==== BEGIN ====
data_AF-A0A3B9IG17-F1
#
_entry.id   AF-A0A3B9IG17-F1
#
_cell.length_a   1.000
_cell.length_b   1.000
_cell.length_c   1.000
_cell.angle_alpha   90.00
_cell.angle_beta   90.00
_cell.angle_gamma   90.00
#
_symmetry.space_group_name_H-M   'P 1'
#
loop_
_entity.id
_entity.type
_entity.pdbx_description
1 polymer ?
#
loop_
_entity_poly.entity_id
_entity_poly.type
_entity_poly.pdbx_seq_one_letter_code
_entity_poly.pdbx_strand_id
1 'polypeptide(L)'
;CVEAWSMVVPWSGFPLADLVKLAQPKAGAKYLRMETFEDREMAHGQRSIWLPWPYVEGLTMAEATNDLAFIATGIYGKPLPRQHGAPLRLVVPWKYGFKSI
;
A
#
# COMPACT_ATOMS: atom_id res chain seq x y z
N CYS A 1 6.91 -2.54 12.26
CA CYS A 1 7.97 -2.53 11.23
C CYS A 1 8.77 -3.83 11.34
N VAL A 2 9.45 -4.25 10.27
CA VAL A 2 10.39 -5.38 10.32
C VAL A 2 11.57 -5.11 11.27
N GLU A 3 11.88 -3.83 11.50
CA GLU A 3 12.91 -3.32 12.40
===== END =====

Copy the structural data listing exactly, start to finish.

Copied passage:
data_AF-A0A3B9IG17-F1
#
_entry.id   AF-A0A3B9IG17-F1
#
_cell.length_a   1.000
_cell.length_b   1.000
_cell.length_c   1.000
_cell.angle_alpha   90.00
_cell.angle_beta   90.00
_cell.angle_gamma   90.00
#
_symmetry.space_group_name_H-M   'P 1'
#
loop_
_entity.id
_entity.type
_entity.pdbx_description
1 polymer ?
#
loop_
_entity_poly.entity_id
_entity_poly.type
_entity_poly.pdbx_seq_one_letter_code
_entity_poly.pdbx_strand_id
1 'polypeptide(L)'
;CVEAWSMVVPWSGFPLADLVKLAQPKAGAKYLRMETFEDREMAHGQRSIWLPWPYVEGLTMAEATNDLAFIATGIYGKPLPRQHGAPLRLVVPWKYGFKSI
;
A
#
# COMPACT_ATOMS: atom_id res chain seq x y z
N CYS A 1 6.91 -2.54 12.26
CA CYS A 1 7.97 -2.53 11.23
C CYS A 1 8.77 -3.83 11.34
N VAL A 2 9.45 -4.25 10.27
CA VAL A 2 10.39 -5.38 10.32
C VAL A 2 11.57 -5.11 11.27
N GLU A 3 11.88 -3.83 11.50
CA GLU A 3 12.91 -3.32 12.40